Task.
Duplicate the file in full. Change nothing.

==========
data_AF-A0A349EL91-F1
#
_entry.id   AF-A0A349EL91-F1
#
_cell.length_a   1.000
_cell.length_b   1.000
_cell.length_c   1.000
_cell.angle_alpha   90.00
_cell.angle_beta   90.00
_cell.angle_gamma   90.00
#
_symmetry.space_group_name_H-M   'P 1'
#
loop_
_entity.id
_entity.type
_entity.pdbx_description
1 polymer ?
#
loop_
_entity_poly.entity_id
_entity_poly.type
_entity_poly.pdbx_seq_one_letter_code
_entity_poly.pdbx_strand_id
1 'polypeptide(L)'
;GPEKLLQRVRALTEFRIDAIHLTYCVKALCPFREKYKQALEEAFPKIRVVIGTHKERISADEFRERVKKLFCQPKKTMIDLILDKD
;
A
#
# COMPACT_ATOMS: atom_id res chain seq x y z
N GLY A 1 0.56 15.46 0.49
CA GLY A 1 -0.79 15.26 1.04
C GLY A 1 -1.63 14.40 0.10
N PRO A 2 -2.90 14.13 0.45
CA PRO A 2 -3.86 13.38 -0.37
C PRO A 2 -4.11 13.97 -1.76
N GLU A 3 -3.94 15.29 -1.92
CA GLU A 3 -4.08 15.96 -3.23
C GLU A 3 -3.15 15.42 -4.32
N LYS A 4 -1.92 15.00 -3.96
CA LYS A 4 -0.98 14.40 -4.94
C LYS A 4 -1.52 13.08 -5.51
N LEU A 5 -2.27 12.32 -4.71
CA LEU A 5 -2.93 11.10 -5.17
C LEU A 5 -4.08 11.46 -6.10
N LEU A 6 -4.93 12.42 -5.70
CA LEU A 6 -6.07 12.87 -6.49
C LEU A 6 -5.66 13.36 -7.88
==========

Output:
data_AF-A0A349EL91-F1
#
_entry.id   AF-A0A349EL91-F1
#
_cell.length_a   1.000
_cell.length_b   1.000
_cell.length_c   1.000
_cell.angle_alpha   90.00
_cell.angle_beta   90.00
_cell.angle_gamma   90.00
#
_symmetry.space_group_name_H-M   'P 1'
#
loop_
_entity.id
_entity.type
_entity.pdbx_description
1 polymer ?
#
loop_
_entity_poly.entity_id
_entity_poly.type
_entity_poly.pdbx_seq_one_letter_code
_entity_poly.pdbx_strand_id
1 'polypeptide(L)'
;GPEKLLQRVRALTEFRIDAIHLTYCVKALCPFREKYKQALEEAFPKIRVVIGTHKERISADEFRERVKKLFCQPKKTMIDLILDKD
;
A
#
# COMPACT_ATOMS: atom_id res chain seq x y z
N GLY A 1 0.56 15.46 0.49
CA GLY A 1 -0.79 15.26 1.04
C GLY A 1 -1.63 14.40 0.10
N PRO A 2 -2.90 14.13 0.45
CA PRO A 2 -3.86 13.38 -0.37
C PRO A 2 -4.11 13.97 -1.76
N GLU A 3 -3.94 15.29 -1.92
CA GLU A 3 -4.08 15.96 -3.23
C GLU A 3 -3.15 15.42 -4.32
N LYS A 4 -1.92 15.00 -3.96
CA LYS A 4 -0.98 14.40 -4.94
C LYS A 4 -1.52 13.08 -5.51
N LEU A 5 -2.27 12.32 -4.71
CA LEU A 5 -2.93 11.10 -5.17
C LEU A 5 -4.08 11.46 -6.10
N LEU A 6 -4.93 12.42 -5.70
CA LEU A 6 -6.07 12.87 -6.49
C LEU A 6 -5.66 13.36 -7.88